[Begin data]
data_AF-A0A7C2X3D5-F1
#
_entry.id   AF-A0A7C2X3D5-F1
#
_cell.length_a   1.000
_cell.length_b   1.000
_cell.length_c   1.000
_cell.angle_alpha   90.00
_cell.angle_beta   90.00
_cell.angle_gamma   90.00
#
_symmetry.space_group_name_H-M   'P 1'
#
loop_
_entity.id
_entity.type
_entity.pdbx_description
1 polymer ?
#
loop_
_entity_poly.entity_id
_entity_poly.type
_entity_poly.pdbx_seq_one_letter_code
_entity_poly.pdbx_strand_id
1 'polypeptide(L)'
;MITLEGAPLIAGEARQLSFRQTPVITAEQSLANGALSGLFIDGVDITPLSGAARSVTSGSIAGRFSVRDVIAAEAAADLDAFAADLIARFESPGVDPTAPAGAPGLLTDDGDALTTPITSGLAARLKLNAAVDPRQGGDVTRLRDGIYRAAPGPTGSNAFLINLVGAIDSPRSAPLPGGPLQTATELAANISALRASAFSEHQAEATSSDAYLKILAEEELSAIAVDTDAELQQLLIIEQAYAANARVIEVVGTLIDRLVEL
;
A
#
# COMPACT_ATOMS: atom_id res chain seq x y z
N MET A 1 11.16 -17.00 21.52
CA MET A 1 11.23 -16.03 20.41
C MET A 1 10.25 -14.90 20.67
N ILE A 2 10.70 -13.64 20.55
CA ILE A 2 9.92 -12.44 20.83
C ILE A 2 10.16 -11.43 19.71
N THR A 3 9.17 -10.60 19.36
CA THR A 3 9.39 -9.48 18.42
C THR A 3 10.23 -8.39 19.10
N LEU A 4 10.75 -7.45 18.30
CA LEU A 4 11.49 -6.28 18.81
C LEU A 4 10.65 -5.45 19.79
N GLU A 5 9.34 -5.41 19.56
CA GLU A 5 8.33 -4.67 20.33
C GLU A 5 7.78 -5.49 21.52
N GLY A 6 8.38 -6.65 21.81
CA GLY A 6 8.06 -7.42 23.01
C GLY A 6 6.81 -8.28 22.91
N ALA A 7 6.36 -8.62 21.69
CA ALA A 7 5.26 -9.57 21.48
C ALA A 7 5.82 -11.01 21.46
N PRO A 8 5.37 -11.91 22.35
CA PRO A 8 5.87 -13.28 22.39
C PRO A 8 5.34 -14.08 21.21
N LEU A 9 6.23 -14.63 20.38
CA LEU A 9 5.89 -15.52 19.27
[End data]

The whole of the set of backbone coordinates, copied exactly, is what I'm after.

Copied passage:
data_AF-A0A7C2X3D5-F1
#
_entry.id   AF-A0A7C2X3D5-F1
#
_cell.length_a   1.000
_cell.length_b   1.000
_cell.length_c   1.000
_cell.angle_alpha   90.00
_cell.angle_beta   90.00
_cell.angle_gamma   90.00
#
_symmetry.space_group_name_H-M   'P 1'
#
loop_
_entity.id
_entity.type
_entity.pdbx_description
1 polymer ?
#
loop_
_entity_poly.entity_id
_entity_poly.type
_entity_poly.pdbx_seq_one_letter_code
_entity_poly.pdbx_strand_id
1 'polypeptide(L)'
;MITLEGAPLIAGEARQLSFRQTPVITAEQSLANGALSGLFIDGVDITPLSGAARSVTSGSIAGRFSVRDVIAAEAAADLDAFAADLIARFESPGVDPTAPAGAPGLLTDDGDALTTPITSGLAARLKLNAAVDPRQGGDVTRLRDGIYRAAPGPTGSNAFLINLVGAIDSPRSAPLPGGPLQTATELAANISALRASAFSEHQAEATSSDAYLKILAEEELSAIAVDTDAELQQLLIIEQAYAANARVIEVVGTLIDRLVEL
;
A
#
# COMPACT_ATOMS: atom_id res chain seq x y z
N MET A 1 11.16 -17.00 21.52
CA MET A 1 11.23 -16.03 20.41
C MET A 1 10.25 -14.90 20.67
N ILE A 2 10.70 -13.64 20.55
CA ILE A 2 9.92 -12.44 20.83
C ILE A 2 10.16 -11.43 19.71
N THR A 3 9.17 -10.60 19.36
CA THR A 3 9.39 -9.48 18.42
C THR A 3 10.23 -8.39 19.10
N LEU A 4 10.75 -7.45 18.30
CA LEU A 4 11.49 -6.28 18.81
C LEU A 4 10.65 -5.45 19.79
N GLU A 5 9.34 -5.41 19.56
CA GLU A 5 8.33 -4.67 20.33
C GLU A 5 7.78 -5.49 21.52
N GLY A 6 8.38 -6.65 21.81
CA GLY A 6 8.06 -7.42 23.01
C GLY A 6 6.81 -8.28 22.91
N ALA A 7 6.36 -8.62 21.69
CA ALA A 7 5.26 -9.57 21.48
C ALA A 7 5.82 -11.01 21.46
N PRO A 8 5.37 -11.91 22.35
CA PRO A 8 5.87 -13.28 22.39
C PRO A 8 5.34 -14.08 21.21
N LEU A 9 6.23 -14.63 20.38
CA LEU A 9 5.89 -15.52 19.27